• A recent version of the Android NDK and optionally the SDK
    • The SDK is necessary to package a GUI app; the NDK is enough if you just want to build a command-line binary.
  • A recent LDC compiler for your host platform
    • It's best to use an official release from GitHub, as it's built against a slightly tweaked LLVM with custom TLS emulation for Android targets. If using LDC from your distro or elsewhere, make sure it was built against our tweaked LLVM, otherwise it will not compile properly for Android.
  • Android, whether a device or emulator, to run your D code
    • The SDK comes with an emulator. I use actual hardware, so that's what I'll discuss.
    • When using a device, you need some way to transfer the app over. There are several ways to do this, here are a few I've tried:
  1. Install an ssh server app on your Android device and scp the app over. Alternately, set up an ssh server on your host PC/Mac, and use an ssh/scp client on Android to get the app. This is what I do, by using the OpenSSH package in Termux.
  2. Host the app in a web server and get it by using your Android browser or a downloader app.
  3. Setup the Android Debug Bridge (adb) on your device and use the SDK tools to push your files over.

Native compilation

  • Android Version 10 ("Q"), as LDC compiler support does not exist for Android Version 9 ("Pie") and earlier.
  • Termux for Android, available in the official Play Store, APKMirror, or F-Droid
  • LDC for Termux: apt install ldc With Android version 9 and earlier, the install will fail.

Cross-compilation setup

Once you have LDC and have unzipped the Android NDK, it's time to set up LDC for the desired Android target(s). See Cross-compiling with LDC for the general guide; I present two examples for a quick summary:

  • Targeting 32-bit Android/ARMv7-A on a Win64 host:
    1. Download the prebuilt android-armv7a package from GitHub matching the version of your LDC.
    2. Extract the lib directory into your LDC installation directory and rename it, e.g., to lib-android_armv7a.
    3. Open <LDC install dir>\etc\ldc2.conf in a text editor and append a section like this, adapting lib and NDK paths as needed:
"armv7a-.*-linux-android":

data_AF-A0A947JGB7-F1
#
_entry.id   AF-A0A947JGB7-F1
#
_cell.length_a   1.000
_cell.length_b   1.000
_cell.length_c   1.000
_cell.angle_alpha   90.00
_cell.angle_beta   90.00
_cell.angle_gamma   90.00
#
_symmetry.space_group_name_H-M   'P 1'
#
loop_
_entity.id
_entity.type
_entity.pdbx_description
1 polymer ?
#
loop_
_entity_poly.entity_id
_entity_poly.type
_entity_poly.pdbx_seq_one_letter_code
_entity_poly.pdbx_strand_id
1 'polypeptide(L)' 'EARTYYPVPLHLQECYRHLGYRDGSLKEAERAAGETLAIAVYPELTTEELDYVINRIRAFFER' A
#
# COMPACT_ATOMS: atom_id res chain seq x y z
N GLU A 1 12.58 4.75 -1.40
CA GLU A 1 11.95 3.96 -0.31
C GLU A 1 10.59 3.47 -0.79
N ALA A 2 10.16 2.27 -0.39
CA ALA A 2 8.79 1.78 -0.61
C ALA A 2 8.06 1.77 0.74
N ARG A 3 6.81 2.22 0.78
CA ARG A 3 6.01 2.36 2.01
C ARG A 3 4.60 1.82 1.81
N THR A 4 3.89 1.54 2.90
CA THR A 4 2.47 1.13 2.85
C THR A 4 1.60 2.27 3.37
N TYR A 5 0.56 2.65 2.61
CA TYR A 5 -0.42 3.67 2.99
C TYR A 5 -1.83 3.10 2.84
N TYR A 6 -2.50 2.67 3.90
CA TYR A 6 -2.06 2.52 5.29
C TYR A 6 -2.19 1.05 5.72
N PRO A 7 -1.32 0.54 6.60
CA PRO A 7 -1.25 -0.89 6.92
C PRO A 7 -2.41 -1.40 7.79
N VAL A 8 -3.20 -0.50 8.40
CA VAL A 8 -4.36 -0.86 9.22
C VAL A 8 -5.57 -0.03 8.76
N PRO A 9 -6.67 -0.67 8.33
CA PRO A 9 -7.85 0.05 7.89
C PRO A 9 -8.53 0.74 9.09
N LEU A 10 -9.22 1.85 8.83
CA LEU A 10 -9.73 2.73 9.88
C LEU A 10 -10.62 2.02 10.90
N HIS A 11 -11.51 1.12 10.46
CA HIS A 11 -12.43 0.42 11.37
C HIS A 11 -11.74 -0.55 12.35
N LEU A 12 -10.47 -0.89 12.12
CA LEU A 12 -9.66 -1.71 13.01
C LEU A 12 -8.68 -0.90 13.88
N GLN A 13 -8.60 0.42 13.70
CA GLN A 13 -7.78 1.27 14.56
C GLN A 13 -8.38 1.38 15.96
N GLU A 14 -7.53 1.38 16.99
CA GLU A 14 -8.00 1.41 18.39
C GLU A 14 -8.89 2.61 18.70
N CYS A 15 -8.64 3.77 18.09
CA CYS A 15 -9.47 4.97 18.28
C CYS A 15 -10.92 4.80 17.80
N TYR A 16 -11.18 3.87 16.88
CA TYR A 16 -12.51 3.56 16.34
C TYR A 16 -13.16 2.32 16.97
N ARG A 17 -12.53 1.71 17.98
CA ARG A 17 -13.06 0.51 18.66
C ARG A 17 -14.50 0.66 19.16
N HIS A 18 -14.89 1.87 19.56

{
    switches = [
        "-defaultlib=phobos2-ldc,druntime-ldc",
        "-link-defaultlib-shared=false",
        "-gcc=C:/LDC/android-ndk-r21d/toolchains/llvm/prebuilt/windows-x86_64/bin/armv7a-linux-androideabi21-clang.cmd",
    ];
    lib-dirs = [
        "%%ldcbinarypath%%/../lib-android_armv7a",
    ];
    rpath = "";
};
  • Targeting 64-bit Android/AArch64 on a Linux host:
    1. Download the prebuilt android-aarch64 package from GitHub matching the version of your LDC.
    2. Extract the lib directory into your LDC installation directory and rename it, e.g., to lib-android_aarch64.
    3. Open <LDC install dir>/etc/ldc2.conf in a text editor and append a section like this, adapting lib and NDK paths as needed:
"aarch64-.*-linux-android":
{
    switches = [
        "-defaultlib=phobos2-ldc,druntime-ldc",
        "-link-defaultlib-shared=false",
        "-gcc=/home/me/android-ndk-r21d/toolchains/llvm/prebuilt/linux-x86_64/bin/aarch64-linux-android21-clang",
    ];
    lib-dirs = [
        "%%ldcbinarypath%%/../lib-android_aarch64",
    ];
    rpath = "";
};

The prebuilt Android packages also include the corresponding x86 simulator libraries, so 32/64-bit x86 Android simulator targets can be set up the same way.

Build a command-line executable

Now that we have a D compiler setup for (one or more) Android targets, let's try building a small program, the classic Sieve of Eratosthenes single-core benchmark, which finds all prime numbers up to a number you choose. Install the curl package in Termux if you're natively compiling, apt install curl.

# Load this link in your browser and download the file otherwise 
curl -L -O https://raw.githubusercontent.com/dlang/dmd/master/samples/sieve.d

# Cross-compile & -link to ARMv7-A (on any host)
ldc2 -mtriple=armv7a--linux-androideabi sieve.d